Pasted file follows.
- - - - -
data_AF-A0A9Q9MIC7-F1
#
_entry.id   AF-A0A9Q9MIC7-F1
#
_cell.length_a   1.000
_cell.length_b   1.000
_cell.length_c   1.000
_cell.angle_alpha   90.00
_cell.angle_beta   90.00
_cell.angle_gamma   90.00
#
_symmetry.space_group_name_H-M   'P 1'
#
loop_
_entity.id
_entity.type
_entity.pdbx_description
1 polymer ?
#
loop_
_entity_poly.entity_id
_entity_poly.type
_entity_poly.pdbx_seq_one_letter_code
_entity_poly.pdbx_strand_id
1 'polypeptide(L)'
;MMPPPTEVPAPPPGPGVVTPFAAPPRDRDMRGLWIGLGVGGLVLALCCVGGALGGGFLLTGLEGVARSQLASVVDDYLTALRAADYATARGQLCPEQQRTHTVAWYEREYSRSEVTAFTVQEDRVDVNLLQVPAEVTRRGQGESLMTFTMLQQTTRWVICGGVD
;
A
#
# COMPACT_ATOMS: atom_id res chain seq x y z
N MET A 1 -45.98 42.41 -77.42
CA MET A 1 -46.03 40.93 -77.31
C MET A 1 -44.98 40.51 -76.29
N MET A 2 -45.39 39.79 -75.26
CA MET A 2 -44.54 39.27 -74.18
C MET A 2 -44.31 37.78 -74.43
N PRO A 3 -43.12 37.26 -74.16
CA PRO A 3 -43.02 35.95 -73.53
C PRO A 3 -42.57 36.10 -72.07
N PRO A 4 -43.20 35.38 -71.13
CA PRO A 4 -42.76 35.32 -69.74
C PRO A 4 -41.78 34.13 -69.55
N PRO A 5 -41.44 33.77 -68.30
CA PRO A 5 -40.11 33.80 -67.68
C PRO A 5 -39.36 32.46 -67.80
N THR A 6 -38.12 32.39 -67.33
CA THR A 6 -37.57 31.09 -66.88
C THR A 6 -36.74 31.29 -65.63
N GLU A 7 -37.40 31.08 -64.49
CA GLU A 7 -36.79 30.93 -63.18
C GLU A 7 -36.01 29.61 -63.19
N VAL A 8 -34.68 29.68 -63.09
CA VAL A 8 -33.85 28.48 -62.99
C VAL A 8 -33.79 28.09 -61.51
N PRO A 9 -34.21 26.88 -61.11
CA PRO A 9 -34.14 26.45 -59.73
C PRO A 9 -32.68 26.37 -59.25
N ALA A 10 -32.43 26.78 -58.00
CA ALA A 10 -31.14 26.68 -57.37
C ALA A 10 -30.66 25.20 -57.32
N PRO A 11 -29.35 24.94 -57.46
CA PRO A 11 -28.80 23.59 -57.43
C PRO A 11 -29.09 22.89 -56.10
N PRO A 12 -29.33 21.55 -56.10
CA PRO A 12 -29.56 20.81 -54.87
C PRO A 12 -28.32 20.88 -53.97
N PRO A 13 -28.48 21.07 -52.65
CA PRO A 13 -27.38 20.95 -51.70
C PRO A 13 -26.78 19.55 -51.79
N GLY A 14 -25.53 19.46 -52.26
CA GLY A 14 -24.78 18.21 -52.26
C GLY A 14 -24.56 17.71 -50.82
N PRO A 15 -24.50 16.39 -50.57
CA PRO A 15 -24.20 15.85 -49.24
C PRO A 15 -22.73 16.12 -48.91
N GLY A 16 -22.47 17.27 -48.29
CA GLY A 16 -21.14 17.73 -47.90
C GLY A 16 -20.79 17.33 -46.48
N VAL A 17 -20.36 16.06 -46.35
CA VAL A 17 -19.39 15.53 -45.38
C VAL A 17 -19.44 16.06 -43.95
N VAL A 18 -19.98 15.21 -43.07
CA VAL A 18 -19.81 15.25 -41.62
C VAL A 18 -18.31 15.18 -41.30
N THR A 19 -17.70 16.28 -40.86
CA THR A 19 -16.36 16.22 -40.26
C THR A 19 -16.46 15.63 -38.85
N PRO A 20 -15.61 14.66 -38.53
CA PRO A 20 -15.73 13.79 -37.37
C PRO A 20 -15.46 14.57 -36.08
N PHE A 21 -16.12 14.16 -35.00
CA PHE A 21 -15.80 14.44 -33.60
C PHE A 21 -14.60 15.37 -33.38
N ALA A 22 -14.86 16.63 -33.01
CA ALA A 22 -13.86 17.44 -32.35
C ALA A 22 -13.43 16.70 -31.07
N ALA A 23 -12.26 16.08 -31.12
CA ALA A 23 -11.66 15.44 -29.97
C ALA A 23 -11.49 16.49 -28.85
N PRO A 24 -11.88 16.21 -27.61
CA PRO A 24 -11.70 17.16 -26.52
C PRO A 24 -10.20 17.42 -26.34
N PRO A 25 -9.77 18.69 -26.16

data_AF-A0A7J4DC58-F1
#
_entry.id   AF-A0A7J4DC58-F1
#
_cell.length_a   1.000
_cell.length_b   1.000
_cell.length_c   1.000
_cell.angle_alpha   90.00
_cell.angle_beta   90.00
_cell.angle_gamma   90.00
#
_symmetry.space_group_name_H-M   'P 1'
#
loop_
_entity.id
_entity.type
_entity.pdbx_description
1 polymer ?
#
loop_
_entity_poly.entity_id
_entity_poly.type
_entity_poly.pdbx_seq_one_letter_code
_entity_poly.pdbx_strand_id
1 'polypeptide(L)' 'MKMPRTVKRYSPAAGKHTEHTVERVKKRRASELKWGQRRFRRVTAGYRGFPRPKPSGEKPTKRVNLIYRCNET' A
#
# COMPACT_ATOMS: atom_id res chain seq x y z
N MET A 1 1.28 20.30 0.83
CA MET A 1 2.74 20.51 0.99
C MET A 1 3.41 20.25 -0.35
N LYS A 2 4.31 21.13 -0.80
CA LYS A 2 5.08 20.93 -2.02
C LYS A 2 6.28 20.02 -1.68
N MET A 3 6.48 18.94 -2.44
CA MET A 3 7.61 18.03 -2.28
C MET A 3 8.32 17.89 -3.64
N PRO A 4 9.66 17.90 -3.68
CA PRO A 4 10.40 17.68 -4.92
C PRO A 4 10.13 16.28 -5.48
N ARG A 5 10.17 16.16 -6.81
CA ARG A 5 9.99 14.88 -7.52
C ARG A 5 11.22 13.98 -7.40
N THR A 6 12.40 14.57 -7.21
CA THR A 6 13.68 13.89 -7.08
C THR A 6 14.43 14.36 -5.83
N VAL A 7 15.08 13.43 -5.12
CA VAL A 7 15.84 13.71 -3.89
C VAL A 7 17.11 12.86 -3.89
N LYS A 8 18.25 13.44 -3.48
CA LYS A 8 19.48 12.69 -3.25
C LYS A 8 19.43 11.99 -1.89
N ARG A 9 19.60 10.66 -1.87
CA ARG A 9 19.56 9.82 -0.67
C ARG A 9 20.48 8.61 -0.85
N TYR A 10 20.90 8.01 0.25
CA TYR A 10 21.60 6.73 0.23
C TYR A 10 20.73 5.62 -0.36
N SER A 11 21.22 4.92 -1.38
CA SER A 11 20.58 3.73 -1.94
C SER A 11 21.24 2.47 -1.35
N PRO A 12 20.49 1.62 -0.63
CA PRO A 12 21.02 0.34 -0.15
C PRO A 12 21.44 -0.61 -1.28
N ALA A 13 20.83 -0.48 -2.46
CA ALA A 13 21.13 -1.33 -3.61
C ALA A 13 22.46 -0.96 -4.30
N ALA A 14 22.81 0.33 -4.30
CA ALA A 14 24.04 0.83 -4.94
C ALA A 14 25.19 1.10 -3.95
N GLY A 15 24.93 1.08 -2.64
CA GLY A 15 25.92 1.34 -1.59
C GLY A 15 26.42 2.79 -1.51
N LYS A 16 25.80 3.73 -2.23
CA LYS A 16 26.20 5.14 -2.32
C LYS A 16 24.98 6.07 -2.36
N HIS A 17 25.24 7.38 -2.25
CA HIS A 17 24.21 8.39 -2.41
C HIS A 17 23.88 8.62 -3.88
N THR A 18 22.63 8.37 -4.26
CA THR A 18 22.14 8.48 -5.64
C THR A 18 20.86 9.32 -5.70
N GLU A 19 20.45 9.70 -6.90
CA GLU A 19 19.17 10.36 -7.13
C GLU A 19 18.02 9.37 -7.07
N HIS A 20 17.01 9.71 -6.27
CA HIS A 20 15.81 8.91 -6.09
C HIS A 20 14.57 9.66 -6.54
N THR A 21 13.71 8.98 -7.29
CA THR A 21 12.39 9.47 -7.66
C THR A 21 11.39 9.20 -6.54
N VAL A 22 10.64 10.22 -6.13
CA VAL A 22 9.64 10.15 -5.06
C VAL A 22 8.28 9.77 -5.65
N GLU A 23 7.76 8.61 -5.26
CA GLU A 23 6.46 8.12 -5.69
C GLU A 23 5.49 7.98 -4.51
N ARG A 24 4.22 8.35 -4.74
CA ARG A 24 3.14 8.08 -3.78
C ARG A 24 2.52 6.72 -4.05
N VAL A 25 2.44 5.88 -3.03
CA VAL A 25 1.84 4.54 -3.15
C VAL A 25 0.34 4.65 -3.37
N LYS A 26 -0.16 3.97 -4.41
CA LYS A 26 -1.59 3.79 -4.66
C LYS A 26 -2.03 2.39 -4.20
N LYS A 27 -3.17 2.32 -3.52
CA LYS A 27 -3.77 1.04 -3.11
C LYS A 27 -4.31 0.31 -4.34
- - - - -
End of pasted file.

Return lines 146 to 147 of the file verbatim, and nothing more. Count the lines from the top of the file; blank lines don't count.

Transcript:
N THR A 6 12.40 14.57 -7.21
CA THR A 6 13.68 13.89 -7.08